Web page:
How to memorize 80 words per week and vocab
Hey guys, and welcome to today’s little short video on vocabulary. So if you’ve read the title, right? Guess you guys didn’t read it right? It’s about how to memorize 80 words per week and vocab. So I know, that’s a really bold claim, and I hope I’ll be able to actually deliver upon that. So, one of the biggest questions that I get asked by parents is often, you know, Steven, how do I go about, you know, encouraging my child or making them, you know, memorize vocab, right? What are some tips? What are some strategies? How do I go about doing that? Because often what happens is parents complain about how their kids you know, once they learn a word, they often forget it, or they could learn two words, and they remember one and they forget the other. And often what ends up happening is it’s kind of a leaking tap situation, when, whenever you try to memorize more and more words, you also leak many, many ones, right. And so today, what I want to do is I want to introduce some pretty profound techniques, these are techniques that I’ve used myself personally, to help me through law school, as well, as you know, help, of course, all of my kids get through the OC & selective exams and develop them to a very, very high level of vocab. Because if you guys have seen any of the writing samples in the Facebook group, you would have a pretty good idea of, you know, the kind of standard of vocab that we, we expect.
Now, there are many different ways to develop vocab. You know, obviously, you can write sentences you can include in your writing, I’m not going to talk about that kind of method today. Today, I’m going to focus on mnemonics, okay? So, mnemonics are a very special type of memory tool. And they’re especially useful for memorizing very large, vocab lists. Okay, and that’s going to be the primary focus today. All of this is scientifically backed, right. So, you know, there are memory grandmasters, you know, that I’ll be quoting and alluding to throughout this. So all of this works. And if you, you know, if you’re unclear about any of that, then you can definitely ask me any questions at the very end , right. Anyway, hope you guys enjoy this presentation. And let’s jump right in.
Why vocab is important in writing
So I think first of all talk about why vocab is important. So I think right now, you know, obviously, there are many of you who don’t really understand the importance of vocab you guys like I have outcomes, whatever, it’s not the most important thing. However, vocab is actually one of the most instrumental things when it comes to performing well, in selective and OC Exams. And I’ll explain why. Because when you think about it, thinking skills is now highly English based reading branches, obviously English based, and you have writing right in the selective. So, you know, vocab is essentially important is critically important to perform well, and not only the reading comprehension section, but it’s also critically important for the writing section as well. And I’ll talk more about, you know, why vocab is extremely like the most important thing in writing and a little bit, but it’s critical that you have really good vocab now, what I often see happening is that parents will go into a situation where they’ll kind of memorize a couple of words here and there. And because it ends up becoming too difficult for them, they’ll basically just stop, right, and they want you to push the child further up, because it’s obviously not working.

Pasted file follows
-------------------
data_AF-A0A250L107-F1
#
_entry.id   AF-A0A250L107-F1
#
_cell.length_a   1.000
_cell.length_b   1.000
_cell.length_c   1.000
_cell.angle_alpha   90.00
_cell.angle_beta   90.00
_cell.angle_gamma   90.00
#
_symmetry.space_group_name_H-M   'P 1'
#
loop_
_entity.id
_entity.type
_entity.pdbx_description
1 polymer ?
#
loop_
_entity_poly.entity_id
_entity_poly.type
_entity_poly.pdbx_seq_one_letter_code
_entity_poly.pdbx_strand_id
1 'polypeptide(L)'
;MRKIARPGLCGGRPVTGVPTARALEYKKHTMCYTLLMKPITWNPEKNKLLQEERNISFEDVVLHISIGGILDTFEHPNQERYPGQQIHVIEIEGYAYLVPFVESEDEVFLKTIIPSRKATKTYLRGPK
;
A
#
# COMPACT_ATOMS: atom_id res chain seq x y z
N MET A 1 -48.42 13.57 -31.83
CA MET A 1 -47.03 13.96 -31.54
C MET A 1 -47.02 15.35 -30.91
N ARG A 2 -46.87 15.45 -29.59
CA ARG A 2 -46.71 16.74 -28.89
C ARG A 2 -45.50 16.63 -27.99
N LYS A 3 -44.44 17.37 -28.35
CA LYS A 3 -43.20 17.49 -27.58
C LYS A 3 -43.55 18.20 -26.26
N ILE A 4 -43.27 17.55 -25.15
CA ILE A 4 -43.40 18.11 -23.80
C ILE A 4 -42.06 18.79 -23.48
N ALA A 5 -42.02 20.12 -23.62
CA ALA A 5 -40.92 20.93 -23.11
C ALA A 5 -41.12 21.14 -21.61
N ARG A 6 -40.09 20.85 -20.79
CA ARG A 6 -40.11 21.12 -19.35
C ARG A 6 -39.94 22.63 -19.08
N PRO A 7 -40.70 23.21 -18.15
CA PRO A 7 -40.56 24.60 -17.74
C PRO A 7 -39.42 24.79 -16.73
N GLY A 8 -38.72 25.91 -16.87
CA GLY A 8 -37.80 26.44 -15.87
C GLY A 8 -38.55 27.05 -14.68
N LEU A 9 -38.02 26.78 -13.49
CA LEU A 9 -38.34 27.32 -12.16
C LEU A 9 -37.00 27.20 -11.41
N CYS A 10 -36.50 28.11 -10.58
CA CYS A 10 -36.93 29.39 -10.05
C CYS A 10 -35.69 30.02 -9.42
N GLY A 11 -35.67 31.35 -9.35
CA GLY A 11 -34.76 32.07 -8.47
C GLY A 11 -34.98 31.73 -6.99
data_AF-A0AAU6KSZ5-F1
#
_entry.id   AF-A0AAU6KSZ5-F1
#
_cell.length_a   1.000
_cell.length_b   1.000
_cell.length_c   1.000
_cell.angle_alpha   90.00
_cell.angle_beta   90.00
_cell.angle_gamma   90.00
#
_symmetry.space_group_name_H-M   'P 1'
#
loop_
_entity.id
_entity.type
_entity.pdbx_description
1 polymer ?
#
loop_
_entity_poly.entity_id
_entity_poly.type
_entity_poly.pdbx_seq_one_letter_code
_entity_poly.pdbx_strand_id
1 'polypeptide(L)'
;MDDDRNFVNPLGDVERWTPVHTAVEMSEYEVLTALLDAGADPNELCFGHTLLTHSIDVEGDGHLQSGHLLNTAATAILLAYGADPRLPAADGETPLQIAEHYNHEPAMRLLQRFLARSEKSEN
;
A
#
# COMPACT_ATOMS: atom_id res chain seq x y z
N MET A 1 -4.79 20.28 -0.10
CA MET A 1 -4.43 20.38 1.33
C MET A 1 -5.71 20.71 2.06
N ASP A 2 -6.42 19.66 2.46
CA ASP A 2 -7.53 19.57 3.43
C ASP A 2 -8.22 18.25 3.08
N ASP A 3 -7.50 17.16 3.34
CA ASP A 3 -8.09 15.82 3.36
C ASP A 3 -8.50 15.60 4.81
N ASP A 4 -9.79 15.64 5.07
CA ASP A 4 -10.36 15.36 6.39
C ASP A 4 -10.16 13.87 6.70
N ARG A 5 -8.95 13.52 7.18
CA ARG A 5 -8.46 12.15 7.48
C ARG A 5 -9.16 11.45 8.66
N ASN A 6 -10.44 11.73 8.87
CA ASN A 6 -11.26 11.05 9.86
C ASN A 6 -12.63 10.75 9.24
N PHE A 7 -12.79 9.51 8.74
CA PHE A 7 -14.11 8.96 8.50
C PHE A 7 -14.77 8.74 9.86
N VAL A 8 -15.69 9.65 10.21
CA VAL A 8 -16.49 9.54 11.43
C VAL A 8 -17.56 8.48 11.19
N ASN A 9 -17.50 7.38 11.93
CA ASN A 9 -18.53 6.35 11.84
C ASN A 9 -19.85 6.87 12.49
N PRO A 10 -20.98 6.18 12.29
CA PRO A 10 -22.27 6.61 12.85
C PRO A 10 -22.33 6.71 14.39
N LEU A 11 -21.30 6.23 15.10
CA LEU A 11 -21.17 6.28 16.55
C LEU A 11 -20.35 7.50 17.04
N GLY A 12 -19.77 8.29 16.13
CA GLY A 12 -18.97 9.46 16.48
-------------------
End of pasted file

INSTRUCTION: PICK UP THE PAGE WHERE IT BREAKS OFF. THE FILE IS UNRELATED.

Now, you guys, There is no shortage of vocab lists out there, right? Like, there are so many vocab lists out there. It’s not even funny you guys go online, you can find, you know, vocab lists for to full, OC selective, whatever. And so the issue is not really the vocab list, the issue is more the way that you go about memorizing that vocab. Okay? Now, I can’t say that all my kids routinely memorize 80 words a week. But I definitely say that the majority of the top kids that I teach, memorize at once a week, and it shows profound results in terms of how they perform in, you know, weekly child, two kids with strong vocab always do better than the kids with weaker vocab. Okay? Obviously, there are other, you know, things involved, but it’s almost like, you know, if you want to be a rugby player, then you need to be strong, right? True agility matters. True. There are other things like technique and whatnot. But the crux of it is you need to be strong, right? And that’s what vocab is it’s kind of like that, that inner strength that you have and that potential that you have to be able to understand understand different things. So let’s jump right into the technique that I’m going to show you guys today and why it’s important.
The analogy of the Anchor technique
So like I said, most of you forget what as quickly as you remember, you develop kind of learned helplessness If you do not learn new words, or minimal words, and you have lightened up now, today, the strategy I’m gonna show you is something called mnemonics. And the easiest way to understand this is just understanding the analogy of the anchor. Okay? So, oftentimes what happens is when kids read, or when kids try to memorize different words, they’re not, they’re basically just memorizing the word and the definition. Okay, so that’s most kids, right? Most kids will go out of their way. And they’ll basically just memorize the word. And they’ll memorize the definition, which is a terrible way to go about learning things, right? So they basically look at the word, look at the definition, look at the word look at the definition, and they try to kind of hustle, you know, that definition into their mind.
The difference between that method, and the method that I’m gonna show you is that what we do with anchors, is we basically, we anchor new words to old words. So instead of learning a completely new word, what we do through the technique of mnemonics, and through the techniques of anchoring is you basically, you’re attaching a new piece of knowledge to an old piece of knowledge, which obviously makes the number one more memorable. And number two, right, it’s not like you’re learning something 100% new. So even even like, you will notice the best teachers in the world do this, right? They, you know, when they teach, they try to teach through stories, they try to teach new concepts by relating to your past experiences. And that’s exactly what anchoring is all about. Right? Anchoring is about taking a new word, finding something in that word that reminds you of an old word. And through that process, you basically attach these new memories to old memories, and they just compound and they build upon each other. Right? This has been the only technique by the way that I’ve come across in my, you know, the last seven, eight years, right, that I’ve seen really stick with kids. And it really makes it memorable.